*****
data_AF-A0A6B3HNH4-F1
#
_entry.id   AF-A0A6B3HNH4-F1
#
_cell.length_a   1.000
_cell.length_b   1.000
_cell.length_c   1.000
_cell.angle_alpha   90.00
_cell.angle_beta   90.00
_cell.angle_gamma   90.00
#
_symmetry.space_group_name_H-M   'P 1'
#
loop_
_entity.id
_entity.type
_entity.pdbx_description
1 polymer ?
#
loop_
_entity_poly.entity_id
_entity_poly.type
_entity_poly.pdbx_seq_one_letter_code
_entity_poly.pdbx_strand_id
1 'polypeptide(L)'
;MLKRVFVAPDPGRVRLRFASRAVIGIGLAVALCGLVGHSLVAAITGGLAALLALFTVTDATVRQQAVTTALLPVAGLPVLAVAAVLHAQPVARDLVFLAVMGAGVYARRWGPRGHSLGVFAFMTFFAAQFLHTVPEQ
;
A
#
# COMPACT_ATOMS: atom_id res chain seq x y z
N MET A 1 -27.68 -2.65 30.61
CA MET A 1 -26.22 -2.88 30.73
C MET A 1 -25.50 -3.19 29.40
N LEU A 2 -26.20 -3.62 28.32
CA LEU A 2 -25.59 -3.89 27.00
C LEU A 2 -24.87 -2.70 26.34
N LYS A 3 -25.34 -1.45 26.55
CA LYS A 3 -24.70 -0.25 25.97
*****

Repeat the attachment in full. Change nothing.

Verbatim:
data_AF-A0A6B3HNH4-F1
#
_entry.id   AF-A0A6B3HNH4-F1
#
_cell.length_a   1.000
_cell.length_b   1.000
_cell.length_c   1.000
_cell.angle_alpha   90.00
_cell.angle_beta   90.00
_cell.angle_gamma   90.00
#
_symmetry.space_group_name_H-M   'P 1'
#
loop_
_entity.id
_entity.type
_entity.pdbx_description
1 polymer ?
#
loop_
_entity_poly.entity_id
_entity_poly.type
_entity_poly.pdbx_seq_one_letter_code
_entity_poly.pdbx_strand_id
1 'polypeptide(L)'
;MLKRVFVAPDPGRVRLRFASRAVIGIGLAVALCGLVGHSLVAAITGGLAALLALFTVTDATVRQQAVTTALLPVAGLPVLAVAAVLHAQPVARDLVFLAVMGAGVYARRWGPRGHSLGVFAFMTFFAAQFLHTVPEQ
;
A
#
# COMPACT_ATOMS: atom_id res chain seq x y z
N MET A 1 -27.68 -2.65 30.61
CA MET A 1 -26.22 -2.88 30.73
C MET A 1 -25.50 -3.19 29.40
N LEU A 2 -26.20 -3.62 28.32
CA LEU A 2 -25.59 -3.89 27.00
C LEU A 2 -24.87 -2.70 26.34
N LYS A 3 -25.34 -1.45 26.55
CA LYS A 3 -24.70 -0.25 25.97